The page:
Stakeholders Blame Declining Revenue from Ports on Customs Seizures

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Eromosele Abiodun

Freight Forwarders in the country have blamed the declining federal government’s revenue from the ports on seizure of goods by the Nigeria Customs Service (NCS) over minor defaults.

The National Association of Government Approved Freight Forwarders (NAGAFF) stated this while calling on the customs authorities to avoid a total shot-down of revenue from the ports.

National Publicity Secretary, Stanley Ezenga, who spoke on behalf of NAGAFF, emphasised that trade related matters in breach of extant laws must not be treated by extreme punishment of seizure but rather, “a process that shall enhance corrective measures and penalty thereto in form of additional duty payment to serve as deterrent.”

He said: “It is the opinion of NAGAFF that the Government is aware that importers and exporters will always want to cheat with a view to maximising profit and accordingly provisions are made for corrective measures and penalty thereto. The import guidelines 2006 as amended and Customs laws provided for such remedy except in extreme cases of breaches including banned goods. Seizure of trade goods over minor defaults should be an extreme case of default because a time shall come when the Customs will not have any cargo to seize or collect revenue from. We sincerely believe that the way forward to mitigate these trade infractions is for the Customs examiners to perform proper Customs examination of laden containers,” NAGAFF said.

The freight forwarders added: “Without prejudice to the relevant sections of Customs laws bothering on untrue declaration of imports for customs purposes, there is the urgent need for the NCS personnel to realise that the only way the Nigerian importers can be compliant to import regulations is a situation whereby they shall be asked not to pay customs duty and other charges anymore. It is written in the Bible that tax collectors are never liked by the people so long as payment of tax is concerned.

“In the opinion of NAGAFF, it is a fact that the import policy under destination inspection and the relevance of Pre- Arrival Assessment Report (PAAR), which is advisory, are strategic to customs operations. In this regard, the importance of proper Customs examination of laden containers should be the arbiter to mitigate loss of revenue due to the government. Customs examination is so simple and unambiguous to actualise. In so far as we cannot disassociate the government operatives from the corrupt society, it is our view that there should be an element of loyalty to the authority which the operatives agreed to serve, respect and protect.”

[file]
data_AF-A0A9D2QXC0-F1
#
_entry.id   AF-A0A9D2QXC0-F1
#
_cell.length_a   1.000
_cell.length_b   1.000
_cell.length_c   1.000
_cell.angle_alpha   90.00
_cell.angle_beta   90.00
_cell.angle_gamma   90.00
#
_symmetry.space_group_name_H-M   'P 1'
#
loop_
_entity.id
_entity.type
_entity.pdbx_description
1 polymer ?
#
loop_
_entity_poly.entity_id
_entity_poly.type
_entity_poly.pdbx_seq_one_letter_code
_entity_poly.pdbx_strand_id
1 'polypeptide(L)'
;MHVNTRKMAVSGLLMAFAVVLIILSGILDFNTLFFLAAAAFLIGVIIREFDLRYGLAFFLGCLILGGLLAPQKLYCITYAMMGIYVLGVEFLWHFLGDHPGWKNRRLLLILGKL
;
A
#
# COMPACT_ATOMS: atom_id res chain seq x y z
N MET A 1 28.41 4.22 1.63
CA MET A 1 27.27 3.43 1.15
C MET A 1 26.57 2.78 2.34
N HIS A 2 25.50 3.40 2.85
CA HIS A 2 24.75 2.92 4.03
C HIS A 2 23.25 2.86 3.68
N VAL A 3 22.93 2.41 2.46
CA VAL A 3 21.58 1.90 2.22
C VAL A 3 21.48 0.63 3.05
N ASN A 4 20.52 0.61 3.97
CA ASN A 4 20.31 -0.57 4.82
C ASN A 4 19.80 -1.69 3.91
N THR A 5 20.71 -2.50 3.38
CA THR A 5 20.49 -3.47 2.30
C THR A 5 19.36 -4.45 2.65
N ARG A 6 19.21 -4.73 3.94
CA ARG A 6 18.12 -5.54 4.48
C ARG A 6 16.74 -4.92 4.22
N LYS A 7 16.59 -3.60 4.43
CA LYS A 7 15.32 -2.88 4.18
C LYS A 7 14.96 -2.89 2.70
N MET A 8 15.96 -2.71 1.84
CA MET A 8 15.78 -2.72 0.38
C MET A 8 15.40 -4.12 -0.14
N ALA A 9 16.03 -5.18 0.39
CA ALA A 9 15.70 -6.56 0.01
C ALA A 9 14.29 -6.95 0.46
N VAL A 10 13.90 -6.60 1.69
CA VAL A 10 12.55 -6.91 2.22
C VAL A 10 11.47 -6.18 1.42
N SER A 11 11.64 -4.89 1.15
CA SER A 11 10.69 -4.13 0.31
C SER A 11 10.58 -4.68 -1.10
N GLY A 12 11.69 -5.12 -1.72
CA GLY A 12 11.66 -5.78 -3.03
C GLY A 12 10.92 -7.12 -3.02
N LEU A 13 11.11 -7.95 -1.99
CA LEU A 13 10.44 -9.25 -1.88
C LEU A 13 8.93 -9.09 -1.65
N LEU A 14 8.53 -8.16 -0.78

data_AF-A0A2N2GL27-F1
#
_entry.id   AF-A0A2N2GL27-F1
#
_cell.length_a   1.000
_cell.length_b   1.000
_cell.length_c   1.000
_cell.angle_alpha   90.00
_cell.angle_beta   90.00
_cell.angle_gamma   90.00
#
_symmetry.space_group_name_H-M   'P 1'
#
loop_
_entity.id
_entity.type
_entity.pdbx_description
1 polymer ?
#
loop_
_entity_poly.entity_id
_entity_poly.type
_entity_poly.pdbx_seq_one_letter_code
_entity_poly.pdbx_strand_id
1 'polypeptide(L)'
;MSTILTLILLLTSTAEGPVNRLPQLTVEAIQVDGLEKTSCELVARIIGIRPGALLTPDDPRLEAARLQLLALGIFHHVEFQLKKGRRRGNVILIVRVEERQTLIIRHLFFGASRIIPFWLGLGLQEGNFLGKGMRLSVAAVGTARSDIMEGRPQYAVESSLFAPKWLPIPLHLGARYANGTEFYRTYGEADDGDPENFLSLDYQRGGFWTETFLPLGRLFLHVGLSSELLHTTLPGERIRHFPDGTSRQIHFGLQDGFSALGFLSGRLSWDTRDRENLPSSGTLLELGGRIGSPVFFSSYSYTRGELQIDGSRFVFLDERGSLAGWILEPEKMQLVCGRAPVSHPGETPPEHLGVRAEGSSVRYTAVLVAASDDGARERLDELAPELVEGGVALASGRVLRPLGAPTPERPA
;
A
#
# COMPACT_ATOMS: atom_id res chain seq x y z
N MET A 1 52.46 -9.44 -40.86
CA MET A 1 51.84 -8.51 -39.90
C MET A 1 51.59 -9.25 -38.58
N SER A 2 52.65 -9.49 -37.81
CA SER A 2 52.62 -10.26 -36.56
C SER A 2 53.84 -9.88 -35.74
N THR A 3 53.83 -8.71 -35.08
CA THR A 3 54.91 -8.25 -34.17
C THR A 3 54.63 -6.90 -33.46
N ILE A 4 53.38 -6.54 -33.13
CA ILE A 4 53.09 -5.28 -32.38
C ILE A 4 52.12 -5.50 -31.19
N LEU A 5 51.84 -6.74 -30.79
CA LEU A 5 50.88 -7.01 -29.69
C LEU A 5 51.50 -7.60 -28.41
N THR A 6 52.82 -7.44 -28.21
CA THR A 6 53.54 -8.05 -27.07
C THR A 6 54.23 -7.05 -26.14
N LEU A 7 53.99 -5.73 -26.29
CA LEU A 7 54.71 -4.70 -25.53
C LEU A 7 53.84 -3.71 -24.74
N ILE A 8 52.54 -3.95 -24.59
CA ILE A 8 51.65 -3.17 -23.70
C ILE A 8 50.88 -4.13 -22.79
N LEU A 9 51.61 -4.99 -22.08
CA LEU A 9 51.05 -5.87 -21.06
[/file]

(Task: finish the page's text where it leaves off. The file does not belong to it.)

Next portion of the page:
This, they added, is very critical to the revenue functions of the customs organisation and security of the Nigerian state.

“Among others is for Customs to engage the trading public through sensitisation on the ills of non-compliance with import regulations and the consequences of smuggling to the economy. We, in NAGAFF, shall continue to advocate that a holistic approach to resolving these avoidable seizures should be that importers and exporters must be made to build up integrity in their declarations for customs purposes. And on the part of the customs examiners, the need for proper customs examination cannot be overemphasised, “they said.

The group added that the carnage of avoidable seizures of trade goods has to stop in the interest of the economy and the revenue collection functions of the service.

“We want to reiterate that laws are made for man and not man for the law. Any law that brings hardship in its essence is a bad law and should be set aside. Freight forwarders are also expected to embrace professionalism in carrying out their statutory duties in the Customs ports and approved borders. Let us join hands with the Nigeria Customs Service to build a sustainable economy in our country, while advising that seizure of trade goods does not add any value to the primary duty of revenue functions of the service,” they stressed.